And that is what sloppiness looks like.
The algebra only works if your method of choosing the other number is independent of the number that you get. As soon as you introduce a dependency you have to analyze that dependency, and it changes the answer.
Since you don't seem inclined to try the algebra, allow me to demonstrate what it looks like. Suppose that the numbers that I have are x and y with x < y. Suppose that p(z) is the function that tells you for any number how likely you are to think that you got the larger one if you're handed that number. Then:
P(You're right)
= P(You're handed x)*P(You don't think that x is larger)
+ P(You're handed y)*P(You think that y is larger)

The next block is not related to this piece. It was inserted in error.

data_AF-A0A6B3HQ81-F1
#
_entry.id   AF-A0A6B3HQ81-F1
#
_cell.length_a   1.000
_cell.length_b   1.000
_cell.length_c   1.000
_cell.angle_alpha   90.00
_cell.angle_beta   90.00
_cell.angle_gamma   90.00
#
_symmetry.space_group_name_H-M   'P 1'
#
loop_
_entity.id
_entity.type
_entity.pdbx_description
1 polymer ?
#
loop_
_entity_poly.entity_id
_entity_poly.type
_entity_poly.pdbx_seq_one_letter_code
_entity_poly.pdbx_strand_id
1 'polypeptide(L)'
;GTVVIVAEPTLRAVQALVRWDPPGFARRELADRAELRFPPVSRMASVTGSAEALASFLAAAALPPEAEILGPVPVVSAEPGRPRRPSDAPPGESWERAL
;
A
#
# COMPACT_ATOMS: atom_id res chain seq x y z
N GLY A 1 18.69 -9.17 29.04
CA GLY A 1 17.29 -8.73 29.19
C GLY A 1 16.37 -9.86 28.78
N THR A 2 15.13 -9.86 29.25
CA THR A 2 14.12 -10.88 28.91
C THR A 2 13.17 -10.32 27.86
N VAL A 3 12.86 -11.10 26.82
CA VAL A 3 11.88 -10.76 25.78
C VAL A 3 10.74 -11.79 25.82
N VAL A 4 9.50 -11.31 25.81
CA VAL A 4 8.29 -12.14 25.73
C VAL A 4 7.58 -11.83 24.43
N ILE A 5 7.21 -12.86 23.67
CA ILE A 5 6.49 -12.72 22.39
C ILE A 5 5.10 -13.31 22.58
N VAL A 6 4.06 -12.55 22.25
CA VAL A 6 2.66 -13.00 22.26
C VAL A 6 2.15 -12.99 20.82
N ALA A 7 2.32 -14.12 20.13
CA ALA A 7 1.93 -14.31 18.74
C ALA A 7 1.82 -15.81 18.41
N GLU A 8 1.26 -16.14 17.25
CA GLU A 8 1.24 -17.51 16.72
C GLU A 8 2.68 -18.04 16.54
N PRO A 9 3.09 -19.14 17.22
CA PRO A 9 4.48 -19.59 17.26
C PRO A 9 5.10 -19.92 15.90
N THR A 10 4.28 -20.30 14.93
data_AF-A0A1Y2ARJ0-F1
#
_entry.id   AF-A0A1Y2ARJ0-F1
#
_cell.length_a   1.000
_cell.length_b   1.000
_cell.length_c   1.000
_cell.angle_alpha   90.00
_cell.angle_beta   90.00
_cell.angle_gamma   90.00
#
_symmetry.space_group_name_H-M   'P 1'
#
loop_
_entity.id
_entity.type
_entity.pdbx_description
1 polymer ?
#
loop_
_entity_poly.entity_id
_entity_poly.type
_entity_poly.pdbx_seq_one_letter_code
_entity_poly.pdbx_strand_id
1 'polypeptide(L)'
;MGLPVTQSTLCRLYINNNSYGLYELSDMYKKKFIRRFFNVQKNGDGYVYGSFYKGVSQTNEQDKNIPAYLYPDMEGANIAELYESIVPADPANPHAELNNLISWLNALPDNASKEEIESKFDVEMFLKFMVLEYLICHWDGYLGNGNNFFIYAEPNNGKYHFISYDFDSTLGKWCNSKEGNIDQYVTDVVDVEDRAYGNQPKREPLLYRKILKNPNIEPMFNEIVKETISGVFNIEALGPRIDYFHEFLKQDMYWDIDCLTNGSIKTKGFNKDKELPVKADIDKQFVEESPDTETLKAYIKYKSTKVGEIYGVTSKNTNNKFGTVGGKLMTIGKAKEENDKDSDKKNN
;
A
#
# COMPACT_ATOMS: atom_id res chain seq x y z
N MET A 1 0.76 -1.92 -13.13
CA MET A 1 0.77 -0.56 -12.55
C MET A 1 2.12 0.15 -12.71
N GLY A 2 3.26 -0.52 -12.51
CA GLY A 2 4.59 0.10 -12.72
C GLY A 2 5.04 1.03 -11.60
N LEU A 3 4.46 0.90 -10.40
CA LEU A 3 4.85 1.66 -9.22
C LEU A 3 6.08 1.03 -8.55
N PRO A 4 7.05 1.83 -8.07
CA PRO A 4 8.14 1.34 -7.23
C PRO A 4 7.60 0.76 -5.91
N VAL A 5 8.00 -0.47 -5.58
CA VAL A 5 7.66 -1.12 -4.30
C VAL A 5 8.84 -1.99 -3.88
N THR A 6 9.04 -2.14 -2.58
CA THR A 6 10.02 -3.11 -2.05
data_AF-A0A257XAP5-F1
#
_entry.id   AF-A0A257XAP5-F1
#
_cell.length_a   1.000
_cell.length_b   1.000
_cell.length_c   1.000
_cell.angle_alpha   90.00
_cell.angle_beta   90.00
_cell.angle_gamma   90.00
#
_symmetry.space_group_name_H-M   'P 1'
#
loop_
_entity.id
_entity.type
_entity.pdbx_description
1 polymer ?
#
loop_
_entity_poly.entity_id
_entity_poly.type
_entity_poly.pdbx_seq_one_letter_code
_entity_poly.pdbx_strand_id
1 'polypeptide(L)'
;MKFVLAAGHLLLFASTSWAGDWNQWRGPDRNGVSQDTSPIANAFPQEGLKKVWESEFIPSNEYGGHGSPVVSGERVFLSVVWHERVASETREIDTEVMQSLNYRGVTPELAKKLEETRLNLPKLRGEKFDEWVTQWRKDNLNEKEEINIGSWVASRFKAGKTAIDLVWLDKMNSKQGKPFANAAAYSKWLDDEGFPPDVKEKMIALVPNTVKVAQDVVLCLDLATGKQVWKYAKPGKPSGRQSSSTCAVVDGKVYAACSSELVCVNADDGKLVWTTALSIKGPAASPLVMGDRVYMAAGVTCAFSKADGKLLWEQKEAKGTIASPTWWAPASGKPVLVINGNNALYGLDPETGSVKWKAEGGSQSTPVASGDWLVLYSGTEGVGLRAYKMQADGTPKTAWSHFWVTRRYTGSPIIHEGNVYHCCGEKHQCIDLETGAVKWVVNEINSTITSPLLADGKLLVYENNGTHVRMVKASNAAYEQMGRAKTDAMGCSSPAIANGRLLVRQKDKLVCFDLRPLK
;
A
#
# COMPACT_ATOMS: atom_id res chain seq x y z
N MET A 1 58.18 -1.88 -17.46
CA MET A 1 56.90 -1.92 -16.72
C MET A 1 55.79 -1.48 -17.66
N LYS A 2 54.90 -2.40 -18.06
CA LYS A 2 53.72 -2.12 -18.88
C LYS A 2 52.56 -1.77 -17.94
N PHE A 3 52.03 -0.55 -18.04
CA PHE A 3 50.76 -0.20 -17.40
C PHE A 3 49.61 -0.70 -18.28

= 0.5 * (1  p(x)) + 0.5 * p(y)
= 0.5 + 0.5*(p(y)  p(x))
So far we haven't introduced any details about the method. With the method that I described, though, p is a monotonically increasing function, in fact p(y)  p(x) is the probability that you pick a number between x and y, so you're better than even odds by half the probability that your number is between my two.
With the choosing method that you came up with, you always conclude that you're handed the smaller number. Therefore p(x) and p(y) are both 0.5 and your odds of being right remain at 50%. Slight difference!
If your eyes are glazing over at the algebra, then please examine the following (bad) ASCII art version of the picture that I described in my root node.
(Right if handed the larger) 
<
(even odds) (guaranteed)  (even odds)
<xy>

>
 (Right if handed the smaller)